Dawn Johnson, on the docket for the position of Assistant Attorney General for the Office of Legal Council, is another Obama nominee with the potential to change the shape of American politics.
Johnson is currently a professor at the Maurer School of Law at Indiana University in Bloomington, Indiana, and has a long history in the Washington legal scene. She served as former President Clinton’s acting assistant attorney general and as a deputy assistant attorney general in the Justice Department's Office of Legal Counsel. Her installation in Obama’s Office of Legal Counsel puts her in a decision making capacity for the Executive Branch – working directly with the President on Executive branch and national security legal affairs.
Johnson has earned the notice of conservatives based on her adamant pro-abortion views, expressed in the following statements:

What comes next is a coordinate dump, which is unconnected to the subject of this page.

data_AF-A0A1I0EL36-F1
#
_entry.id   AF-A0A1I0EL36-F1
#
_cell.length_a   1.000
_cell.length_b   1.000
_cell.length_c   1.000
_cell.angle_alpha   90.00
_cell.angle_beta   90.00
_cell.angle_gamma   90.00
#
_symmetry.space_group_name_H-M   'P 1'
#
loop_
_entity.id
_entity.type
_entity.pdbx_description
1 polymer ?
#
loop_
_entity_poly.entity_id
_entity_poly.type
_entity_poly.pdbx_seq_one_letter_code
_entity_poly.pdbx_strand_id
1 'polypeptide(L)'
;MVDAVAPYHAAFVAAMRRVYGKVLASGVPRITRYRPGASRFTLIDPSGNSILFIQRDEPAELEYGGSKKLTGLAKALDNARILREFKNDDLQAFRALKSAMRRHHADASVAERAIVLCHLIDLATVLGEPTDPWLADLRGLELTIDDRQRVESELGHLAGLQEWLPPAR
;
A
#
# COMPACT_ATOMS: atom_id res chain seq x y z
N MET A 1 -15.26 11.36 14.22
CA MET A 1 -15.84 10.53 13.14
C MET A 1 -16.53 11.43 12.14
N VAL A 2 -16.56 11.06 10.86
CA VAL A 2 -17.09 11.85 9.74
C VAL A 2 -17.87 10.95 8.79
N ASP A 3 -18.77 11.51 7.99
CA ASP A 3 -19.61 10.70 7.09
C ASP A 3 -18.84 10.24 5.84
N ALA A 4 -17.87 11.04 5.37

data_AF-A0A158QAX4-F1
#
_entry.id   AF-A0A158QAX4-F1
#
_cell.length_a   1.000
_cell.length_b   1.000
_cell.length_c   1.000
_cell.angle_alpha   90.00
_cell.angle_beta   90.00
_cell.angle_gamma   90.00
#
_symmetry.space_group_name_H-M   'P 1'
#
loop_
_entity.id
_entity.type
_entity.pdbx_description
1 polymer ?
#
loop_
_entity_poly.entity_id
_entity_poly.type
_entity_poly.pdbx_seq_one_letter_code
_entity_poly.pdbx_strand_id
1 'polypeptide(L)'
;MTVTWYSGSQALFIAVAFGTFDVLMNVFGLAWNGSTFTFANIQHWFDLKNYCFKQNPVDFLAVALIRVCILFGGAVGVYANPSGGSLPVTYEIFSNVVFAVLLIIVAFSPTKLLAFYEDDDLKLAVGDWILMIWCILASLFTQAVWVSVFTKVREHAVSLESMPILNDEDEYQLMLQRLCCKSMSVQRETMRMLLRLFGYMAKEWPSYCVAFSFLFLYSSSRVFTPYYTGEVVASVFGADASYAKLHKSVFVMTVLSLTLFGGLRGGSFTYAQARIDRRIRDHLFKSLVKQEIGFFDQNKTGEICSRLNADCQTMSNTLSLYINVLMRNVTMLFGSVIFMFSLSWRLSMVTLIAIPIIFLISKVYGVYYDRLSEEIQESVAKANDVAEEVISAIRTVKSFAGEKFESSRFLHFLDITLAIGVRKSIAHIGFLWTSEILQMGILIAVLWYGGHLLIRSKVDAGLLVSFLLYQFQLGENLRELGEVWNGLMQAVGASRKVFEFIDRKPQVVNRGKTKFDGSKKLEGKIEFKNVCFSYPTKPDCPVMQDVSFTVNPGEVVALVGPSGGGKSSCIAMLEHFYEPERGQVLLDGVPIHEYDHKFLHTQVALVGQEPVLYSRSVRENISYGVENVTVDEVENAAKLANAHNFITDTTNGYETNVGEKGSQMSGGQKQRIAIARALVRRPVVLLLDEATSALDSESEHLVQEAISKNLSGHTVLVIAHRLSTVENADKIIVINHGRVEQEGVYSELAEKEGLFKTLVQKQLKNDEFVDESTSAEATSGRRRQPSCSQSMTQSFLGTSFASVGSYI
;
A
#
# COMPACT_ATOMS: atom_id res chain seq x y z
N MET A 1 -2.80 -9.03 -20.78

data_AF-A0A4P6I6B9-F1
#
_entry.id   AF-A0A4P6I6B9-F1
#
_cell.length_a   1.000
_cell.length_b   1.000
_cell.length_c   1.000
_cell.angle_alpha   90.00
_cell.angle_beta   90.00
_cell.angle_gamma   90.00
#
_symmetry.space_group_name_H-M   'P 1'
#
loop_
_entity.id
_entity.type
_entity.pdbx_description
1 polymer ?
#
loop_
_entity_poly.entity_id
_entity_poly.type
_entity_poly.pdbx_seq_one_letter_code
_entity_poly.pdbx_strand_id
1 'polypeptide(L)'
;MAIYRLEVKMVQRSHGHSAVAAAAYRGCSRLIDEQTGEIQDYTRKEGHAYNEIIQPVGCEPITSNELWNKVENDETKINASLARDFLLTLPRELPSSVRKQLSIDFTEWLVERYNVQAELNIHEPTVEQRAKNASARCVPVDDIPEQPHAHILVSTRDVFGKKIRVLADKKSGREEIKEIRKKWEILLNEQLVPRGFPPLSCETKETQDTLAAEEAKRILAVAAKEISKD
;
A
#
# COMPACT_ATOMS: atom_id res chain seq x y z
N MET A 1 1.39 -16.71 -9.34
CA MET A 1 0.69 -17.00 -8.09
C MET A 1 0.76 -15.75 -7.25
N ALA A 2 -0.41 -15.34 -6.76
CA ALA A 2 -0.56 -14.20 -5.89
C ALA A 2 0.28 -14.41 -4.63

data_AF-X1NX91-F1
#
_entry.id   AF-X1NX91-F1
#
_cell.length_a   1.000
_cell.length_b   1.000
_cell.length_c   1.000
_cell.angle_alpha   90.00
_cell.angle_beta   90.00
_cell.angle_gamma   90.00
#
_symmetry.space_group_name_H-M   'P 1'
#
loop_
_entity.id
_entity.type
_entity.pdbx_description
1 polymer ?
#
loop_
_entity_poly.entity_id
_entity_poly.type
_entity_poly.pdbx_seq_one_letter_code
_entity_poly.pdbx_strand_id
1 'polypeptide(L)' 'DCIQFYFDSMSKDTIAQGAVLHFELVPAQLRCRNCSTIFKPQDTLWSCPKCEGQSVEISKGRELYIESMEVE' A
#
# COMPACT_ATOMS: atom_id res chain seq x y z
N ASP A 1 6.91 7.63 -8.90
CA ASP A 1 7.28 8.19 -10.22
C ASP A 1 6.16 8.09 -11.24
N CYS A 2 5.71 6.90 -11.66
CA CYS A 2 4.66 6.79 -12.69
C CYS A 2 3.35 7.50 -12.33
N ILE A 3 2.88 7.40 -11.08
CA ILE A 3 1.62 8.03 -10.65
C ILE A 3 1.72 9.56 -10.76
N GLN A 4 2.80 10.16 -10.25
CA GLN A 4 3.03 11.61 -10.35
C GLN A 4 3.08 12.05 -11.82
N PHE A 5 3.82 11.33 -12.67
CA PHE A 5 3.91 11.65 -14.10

• We “should oppose inaccurate and incomplete abstinence-only sex education and other treatments of sexuality issues that instill negative attitudes about sexuality itself.”
• Abortion restrictions “reduce pregnant women to no more than fetal containers.”
• “There is no ‘father’ and no ‘child’ – just a fetus.”
Johnson would reverse all that (and more) based on her responses to certain legal questions. She writes that “it might be a wise choice not to use … language [that includes the word ‘war’] when talking about constitutional questions related to the new national security threats we face, because war has a long history of specialized constitutional meaning.” This seems to suggest “war” or anything resembling it isn’t advisable for many new security threats we face.
In other words, she recognizes that the Office of Legal Counsel sometimes exercises independent authority in legal matters.
Johnson serves on the board of directors of the American Constitution Society, a group born out of liberal anger over the election of George Bush over Al Gore in 2000. She has worked for the National Abortion & Reproductive Rights Action League (NARAL) and the American Civil Liberties Union.